I have Pi4 on a UPS and a 3.3 volt Arduino (Nano 33 IOT) supplied without a UPS protection.
I am designing a system where Pi monitors a 3.3V Arduino pin to know if there is a power outage (and shut down orderly if needed). Upon power return, Arduino would detect if Pi is off (by monitoring the 3.3V Pi pin) and briefly open the Pi power supply circuit to reboot the Pi. The Arduino-Pi connections diagram is below.
Is it safe to connect the a GPIO Pi pin directly to the Arduino’s 3V3 pin, and vice versa as depicted in the schematic? Or should I have a 220 Ohm resistor between the Pi’s GPIO and Arduino’s 3V3 pin and between the Arduino’s D and Pi’s 3V3 pin?
Whatever you do yo must not connect things directly. Us a resistor between these power source connections. The Arduino will be ok. But the rpi will burn if anything goes wrong. Use the analog reading codes for both end to read the voltages.
First the diagram you listed will NOT WORK and risks damaging either or both devices.
If you want to directly connect devices they MUST use a common reference. This is normally the 0V pin/s (often incorrectly labelled Gnd).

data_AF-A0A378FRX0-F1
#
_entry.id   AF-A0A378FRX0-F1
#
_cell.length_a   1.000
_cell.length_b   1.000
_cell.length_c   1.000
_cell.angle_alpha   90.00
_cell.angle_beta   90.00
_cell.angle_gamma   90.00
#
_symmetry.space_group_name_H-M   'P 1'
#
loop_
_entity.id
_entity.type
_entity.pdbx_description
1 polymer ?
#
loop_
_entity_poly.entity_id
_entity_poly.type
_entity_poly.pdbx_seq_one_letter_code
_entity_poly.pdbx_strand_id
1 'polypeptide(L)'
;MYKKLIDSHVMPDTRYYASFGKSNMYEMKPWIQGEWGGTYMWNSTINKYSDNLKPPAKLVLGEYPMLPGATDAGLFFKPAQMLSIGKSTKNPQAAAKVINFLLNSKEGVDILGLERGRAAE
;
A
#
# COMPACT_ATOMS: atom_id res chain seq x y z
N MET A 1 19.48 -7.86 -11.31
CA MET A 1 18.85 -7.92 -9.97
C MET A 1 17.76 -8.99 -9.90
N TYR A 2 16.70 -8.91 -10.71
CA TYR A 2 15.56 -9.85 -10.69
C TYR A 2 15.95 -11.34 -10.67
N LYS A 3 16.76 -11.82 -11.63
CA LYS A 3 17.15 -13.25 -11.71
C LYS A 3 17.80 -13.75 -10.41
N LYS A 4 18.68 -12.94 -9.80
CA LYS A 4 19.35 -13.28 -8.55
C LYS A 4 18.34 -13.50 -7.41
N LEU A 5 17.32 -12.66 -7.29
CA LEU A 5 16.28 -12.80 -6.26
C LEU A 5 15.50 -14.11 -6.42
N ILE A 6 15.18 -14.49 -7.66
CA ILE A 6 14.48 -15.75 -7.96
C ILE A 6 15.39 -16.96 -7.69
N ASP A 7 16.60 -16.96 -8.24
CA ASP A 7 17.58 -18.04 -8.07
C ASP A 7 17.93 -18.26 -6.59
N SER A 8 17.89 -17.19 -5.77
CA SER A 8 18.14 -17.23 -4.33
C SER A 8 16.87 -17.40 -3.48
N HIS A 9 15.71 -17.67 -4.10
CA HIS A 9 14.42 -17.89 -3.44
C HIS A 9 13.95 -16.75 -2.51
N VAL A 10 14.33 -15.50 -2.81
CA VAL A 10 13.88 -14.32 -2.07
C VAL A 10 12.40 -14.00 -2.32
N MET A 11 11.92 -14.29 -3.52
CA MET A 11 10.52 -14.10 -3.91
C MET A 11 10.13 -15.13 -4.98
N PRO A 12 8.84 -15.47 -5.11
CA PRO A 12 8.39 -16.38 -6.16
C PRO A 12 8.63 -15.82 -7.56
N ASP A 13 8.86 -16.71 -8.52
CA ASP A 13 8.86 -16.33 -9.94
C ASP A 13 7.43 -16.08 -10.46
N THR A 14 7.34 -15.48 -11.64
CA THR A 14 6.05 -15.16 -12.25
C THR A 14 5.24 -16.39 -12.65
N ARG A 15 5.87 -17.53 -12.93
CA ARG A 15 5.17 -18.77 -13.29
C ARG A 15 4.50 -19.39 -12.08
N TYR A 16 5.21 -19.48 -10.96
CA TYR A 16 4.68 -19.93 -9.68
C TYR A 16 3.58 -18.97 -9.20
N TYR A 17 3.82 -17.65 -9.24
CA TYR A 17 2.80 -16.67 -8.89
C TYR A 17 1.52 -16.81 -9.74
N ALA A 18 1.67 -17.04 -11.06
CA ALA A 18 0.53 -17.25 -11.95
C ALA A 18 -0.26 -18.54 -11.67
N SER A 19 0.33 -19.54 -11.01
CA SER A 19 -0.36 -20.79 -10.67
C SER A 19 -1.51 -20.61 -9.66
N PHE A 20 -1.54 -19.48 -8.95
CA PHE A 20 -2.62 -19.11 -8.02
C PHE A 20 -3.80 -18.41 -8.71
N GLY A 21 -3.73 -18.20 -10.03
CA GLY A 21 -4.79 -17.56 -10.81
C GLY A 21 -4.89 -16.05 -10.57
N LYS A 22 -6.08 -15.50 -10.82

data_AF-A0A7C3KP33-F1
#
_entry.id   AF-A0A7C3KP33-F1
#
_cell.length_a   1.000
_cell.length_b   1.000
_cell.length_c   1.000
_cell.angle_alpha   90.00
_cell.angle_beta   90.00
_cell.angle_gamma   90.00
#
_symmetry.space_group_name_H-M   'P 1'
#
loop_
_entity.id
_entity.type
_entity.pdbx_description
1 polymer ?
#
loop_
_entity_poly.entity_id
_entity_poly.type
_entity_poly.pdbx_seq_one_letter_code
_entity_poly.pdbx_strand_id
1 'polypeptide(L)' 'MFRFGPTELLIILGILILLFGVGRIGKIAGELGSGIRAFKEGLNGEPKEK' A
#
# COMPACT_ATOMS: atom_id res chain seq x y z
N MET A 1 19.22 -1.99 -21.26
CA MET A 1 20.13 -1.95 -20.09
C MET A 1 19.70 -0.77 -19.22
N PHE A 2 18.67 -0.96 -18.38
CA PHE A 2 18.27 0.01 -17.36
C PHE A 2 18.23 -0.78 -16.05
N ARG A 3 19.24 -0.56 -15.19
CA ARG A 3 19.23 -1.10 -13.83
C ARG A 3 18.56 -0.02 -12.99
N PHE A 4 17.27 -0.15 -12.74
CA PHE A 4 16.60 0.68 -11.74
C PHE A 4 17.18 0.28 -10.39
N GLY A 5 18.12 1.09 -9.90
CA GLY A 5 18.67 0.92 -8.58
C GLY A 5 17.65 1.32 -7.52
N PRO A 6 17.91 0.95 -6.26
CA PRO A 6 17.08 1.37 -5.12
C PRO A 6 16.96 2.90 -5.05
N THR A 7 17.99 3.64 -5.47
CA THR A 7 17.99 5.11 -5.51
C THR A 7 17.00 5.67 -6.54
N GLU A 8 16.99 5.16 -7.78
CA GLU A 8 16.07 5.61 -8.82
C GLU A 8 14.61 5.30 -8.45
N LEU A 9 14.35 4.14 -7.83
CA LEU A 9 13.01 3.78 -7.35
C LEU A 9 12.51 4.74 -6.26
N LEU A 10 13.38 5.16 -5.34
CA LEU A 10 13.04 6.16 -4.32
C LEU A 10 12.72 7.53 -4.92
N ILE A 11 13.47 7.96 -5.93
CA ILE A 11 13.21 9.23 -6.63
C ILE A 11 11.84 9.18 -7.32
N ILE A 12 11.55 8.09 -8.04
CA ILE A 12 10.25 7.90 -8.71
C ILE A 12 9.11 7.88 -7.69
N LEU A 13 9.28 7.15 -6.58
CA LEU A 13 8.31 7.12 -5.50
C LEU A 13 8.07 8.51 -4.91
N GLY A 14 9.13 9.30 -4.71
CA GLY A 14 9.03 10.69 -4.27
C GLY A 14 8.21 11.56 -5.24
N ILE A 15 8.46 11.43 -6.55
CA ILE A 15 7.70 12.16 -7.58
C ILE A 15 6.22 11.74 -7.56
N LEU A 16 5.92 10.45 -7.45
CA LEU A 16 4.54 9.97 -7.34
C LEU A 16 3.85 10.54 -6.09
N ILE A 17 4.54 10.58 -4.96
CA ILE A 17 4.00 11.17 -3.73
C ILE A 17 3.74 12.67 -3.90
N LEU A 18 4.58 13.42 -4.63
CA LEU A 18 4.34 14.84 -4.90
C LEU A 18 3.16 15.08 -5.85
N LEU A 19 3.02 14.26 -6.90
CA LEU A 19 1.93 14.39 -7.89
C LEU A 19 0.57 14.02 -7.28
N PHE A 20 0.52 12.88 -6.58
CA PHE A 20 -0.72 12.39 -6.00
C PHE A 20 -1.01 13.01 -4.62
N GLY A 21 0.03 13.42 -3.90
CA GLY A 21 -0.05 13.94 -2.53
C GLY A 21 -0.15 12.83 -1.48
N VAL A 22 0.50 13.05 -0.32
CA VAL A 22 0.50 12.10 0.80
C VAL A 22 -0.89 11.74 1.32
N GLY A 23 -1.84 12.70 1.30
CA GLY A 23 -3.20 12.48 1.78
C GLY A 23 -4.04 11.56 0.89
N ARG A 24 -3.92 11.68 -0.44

It is “safe” to connect a 3.3V logic device to the Pi, and you could connect 3.3V power pins (although I would NOT do this).
If you want to connect I suggest you use a series resistor, although it is better practice to use a voltage divider. This avoids problems due to any differences in nominal 3.3V voltage.
Any voltage >2.2V will definitely be detected by both the Pi and 3.3V Arduino.
Rpi and Arduino checking each other’s power failure
(1) Rpi monitors Arduino’s 3V3 power failure and orderly shuts down Arduino (but isn’t it too late?)
(2) Arduino monitors Rpi’s 3V3 power failure and reboots Rpi (but even Rpi freeqze, 3v3 might still be alive!)
The design seems to have a problem. But let us first check if the following schematic agrees with the OP’s requirement.
(1) The two resistors in series with GPIO are for current limiting protection. For example, if Rpi GPIO accidentally set to output mode and output High, and Arduino side is Low, then limiting current will be 3V3 / 470R = 7 mA.
(2) The two grounds must be shorted together, to make a “common ground” zero voltage reference (Ref 2, Appendix J of my answer).
(1) The design is in two parts:
(A) Rpi monitoring Arduino,
(B) Arduino monitoring Rpi.
Part A looks OK.
Part B seems confusing. If Rpi is powered by UPS. Then Rpi’s 3V3 power should always be alive, even if OS freezes.
So it is better to use a watchdog timer to monitor if Rpi freezes and reboots it. See Ref 1 for more details about watch dog timer.
And if a watchdog timer is used to watch if Rpi freezes, and reboots it, Arduino needs not do anything.
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End of Answer